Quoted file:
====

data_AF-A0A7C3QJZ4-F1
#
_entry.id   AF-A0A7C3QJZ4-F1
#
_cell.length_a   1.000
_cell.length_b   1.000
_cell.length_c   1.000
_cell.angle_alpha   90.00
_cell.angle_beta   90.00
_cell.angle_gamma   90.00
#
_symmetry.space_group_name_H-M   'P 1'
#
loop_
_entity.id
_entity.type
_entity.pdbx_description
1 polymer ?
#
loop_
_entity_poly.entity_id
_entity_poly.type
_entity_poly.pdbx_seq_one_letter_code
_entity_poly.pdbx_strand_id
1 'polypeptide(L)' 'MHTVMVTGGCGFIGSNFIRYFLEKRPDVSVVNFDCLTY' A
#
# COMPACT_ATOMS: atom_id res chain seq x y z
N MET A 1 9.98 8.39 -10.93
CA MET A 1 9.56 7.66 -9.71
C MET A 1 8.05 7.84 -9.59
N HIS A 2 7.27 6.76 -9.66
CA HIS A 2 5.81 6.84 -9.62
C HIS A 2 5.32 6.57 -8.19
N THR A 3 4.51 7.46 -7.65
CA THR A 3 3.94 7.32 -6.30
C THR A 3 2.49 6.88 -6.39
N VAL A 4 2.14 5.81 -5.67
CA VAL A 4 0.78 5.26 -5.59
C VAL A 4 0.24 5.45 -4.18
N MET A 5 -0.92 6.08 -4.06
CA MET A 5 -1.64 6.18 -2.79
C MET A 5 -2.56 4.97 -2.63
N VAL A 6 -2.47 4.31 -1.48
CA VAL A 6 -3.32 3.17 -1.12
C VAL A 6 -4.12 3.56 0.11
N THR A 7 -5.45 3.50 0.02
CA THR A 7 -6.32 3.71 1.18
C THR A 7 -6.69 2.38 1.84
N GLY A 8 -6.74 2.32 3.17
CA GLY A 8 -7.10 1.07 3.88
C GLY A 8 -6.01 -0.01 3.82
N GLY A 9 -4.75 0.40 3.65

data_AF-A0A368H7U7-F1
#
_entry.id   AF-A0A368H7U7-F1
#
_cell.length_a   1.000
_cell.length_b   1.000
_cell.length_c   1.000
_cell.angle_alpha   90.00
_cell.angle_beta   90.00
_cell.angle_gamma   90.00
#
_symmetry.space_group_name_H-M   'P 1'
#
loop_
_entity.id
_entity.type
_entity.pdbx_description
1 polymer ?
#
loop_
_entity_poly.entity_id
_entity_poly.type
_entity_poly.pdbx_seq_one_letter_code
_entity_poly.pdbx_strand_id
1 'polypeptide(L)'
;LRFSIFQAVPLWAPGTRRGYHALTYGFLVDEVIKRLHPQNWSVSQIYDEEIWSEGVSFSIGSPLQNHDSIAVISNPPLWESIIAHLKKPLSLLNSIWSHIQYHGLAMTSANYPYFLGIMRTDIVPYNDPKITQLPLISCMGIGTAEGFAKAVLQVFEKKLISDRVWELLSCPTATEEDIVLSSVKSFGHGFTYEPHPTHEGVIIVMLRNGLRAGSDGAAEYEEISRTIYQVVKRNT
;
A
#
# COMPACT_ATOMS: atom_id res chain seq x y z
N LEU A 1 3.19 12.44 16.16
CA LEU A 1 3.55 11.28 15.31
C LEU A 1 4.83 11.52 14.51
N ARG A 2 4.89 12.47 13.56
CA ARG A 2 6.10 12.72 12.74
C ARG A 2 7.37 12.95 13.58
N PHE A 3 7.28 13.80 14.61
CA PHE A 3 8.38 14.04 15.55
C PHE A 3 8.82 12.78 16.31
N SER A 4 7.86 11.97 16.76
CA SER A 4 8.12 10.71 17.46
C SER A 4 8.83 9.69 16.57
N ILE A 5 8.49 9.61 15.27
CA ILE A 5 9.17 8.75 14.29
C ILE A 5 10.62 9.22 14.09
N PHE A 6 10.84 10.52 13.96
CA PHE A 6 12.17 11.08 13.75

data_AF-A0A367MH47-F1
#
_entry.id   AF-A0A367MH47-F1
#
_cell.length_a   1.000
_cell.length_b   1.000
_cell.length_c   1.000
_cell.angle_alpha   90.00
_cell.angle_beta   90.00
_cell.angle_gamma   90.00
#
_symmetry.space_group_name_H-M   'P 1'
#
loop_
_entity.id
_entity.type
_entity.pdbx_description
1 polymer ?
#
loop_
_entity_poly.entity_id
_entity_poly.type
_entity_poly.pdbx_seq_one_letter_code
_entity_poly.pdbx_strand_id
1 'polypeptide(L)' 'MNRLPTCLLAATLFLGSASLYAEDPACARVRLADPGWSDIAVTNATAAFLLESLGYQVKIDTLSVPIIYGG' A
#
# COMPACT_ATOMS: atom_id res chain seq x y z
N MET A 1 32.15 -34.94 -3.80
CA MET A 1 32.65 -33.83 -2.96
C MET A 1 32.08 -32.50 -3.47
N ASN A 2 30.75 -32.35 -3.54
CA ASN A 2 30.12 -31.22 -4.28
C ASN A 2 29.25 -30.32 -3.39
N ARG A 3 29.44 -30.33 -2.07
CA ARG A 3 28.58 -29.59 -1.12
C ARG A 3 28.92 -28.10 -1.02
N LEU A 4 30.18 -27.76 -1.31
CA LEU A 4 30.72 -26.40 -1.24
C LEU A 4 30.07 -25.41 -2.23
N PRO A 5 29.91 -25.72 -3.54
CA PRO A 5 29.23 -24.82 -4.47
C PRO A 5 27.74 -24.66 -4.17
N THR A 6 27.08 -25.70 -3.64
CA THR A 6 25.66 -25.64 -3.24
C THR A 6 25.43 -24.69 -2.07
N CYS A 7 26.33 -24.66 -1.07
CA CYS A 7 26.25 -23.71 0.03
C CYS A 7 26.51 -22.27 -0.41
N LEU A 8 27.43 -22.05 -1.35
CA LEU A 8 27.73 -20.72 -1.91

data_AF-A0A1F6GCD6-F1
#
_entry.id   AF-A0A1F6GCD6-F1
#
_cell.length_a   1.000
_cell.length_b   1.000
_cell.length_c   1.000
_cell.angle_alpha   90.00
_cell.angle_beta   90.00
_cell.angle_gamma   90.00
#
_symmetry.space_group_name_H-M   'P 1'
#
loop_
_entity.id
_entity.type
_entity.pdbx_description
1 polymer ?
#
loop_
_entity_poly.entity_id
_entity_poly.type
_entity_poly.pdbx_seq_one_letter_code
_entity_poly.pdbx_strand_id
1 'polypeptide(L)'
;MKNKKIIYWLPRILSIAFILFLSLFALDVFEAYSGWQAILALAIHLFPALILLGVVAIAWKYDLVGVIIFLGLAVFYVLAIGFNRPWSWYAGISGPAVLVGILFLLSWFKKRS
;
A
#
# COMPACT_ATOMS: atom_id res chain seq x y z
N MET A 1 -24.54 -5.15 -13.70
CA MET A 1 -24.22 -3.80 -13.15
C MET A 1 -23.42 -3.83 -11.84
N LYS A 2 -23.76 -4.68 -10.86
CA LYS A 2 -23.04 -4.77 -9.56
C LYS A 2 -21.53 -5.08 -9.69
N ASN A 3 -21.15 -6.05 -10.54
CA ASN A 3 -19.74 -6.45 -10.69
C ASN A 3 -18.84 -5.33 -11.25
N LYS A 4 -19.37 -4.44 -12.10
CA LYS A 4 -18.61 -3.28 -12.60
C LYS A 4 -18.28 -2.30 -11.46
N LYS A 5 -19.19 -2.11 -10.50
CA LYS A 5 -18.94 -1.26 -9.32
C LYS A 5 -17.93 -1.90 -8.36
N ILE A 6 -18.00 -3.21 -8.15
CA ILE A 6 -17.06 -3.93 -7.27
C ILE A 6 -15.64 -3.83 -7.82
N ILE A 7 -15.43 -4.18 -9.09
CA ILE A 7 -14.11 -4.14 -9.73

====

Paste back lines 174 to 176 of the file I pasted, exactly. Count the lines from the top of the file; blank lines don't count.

1 'polypeptide(L)'
;MKNKKIIYWLPRILSIAFILFLSLFALDVFEAYSGWQAILALAIHLFPALILLGVVAIAWKYDLVGVIIFLGLAVFYVLAIGFNRPWSWYAGISGPAVLVGILFLLSWFKKRS
;